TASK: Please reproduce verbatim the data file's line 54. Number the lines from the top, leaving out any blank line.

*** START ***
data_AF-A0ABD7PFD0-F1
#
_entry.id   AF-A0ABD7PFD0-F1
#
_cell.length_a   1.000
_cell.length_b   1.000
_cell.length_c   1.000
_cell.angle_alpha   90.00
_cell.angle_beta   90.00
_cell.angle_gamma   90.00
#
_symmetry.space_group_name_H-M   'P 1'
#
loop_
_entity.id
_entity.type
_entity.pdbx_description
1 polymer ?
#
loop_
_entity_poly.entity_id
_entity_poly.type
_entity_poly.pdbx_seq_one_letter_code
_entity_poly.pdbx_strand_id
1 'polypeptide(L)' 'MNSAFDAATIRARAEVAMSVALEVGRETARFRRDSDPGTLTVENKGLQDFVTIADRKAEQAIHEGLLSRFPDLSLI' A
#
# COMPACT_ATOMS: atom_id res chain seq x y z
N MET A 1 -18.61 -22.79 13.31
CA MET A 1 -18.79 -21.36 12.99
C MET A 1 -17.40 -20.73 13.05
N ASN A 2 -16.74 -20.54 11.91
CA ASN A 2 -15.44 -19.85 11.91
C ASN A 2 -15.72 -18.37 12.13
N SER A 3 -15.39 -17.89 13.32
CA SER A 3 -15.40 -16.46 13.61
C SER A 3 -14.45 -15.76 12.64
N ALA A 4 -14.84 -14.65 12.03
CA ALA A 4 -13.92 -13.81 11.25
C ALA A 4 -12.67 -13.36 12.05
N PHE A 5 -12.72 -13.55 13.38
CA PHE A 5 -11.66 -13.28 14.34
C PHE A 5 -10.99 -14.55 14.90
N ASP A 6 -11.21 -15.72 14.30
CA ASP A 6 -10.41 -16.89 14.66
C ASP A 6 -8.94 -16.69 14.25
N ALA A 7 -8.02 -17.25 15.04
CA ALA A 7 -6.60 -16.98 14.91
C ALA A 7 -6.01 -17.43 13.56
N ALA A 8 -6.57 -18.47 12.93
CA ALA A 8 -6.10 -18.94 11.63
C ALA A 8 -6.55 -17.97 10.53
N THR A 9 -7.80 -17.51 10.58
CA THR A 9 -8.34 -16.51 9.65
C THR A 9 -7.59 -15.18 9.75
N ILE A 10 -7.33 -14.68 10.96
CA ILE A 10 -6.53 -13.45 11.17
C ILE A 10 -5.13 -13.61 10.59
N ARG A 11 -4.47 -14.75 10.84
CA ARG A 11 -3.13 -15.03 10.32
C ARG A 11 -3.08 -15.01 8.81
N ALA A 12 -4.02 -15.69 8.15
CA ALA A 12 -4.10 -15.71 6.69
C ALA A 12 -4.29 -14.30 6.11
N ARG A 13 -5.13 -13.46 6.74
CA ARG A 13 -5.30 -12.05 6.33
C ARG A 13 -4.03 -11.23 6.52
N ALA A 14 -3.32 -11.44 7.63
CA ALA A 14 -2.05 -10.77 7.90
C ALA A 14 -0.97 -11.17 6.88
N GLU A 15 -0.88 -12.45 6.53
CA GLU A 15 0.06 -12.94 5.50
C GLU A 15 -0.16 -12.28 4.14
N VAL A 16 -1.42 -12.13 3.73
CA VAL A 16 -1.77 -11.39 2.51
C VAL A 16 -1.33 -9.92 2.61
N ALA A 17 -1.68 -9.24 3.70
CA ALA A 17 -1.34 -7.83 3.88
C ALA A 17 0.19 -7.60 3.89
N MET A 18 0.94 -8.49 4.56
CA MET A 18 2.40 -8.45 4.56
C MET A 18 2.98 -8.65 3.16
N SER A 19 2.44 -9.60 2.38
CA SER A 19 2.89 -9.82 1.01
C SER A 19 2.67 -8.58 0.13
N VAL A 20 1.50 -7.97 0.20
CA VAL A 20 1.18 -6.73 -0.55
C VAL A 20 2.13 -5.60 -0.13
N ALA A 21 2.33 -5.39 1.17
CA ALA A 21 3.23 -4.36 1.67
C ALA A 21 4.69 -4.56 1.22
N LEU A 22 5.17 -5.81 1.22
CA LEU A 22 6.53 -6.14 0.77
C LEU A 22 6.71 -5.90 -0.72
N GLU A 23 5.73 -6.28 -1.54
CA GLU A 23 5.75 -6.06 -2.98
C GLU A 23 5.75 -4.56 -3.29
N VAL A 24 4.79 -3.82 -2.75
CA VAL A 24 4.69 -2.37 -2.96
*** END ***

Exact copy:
C THR A 9 -7.59 -15.18 9.75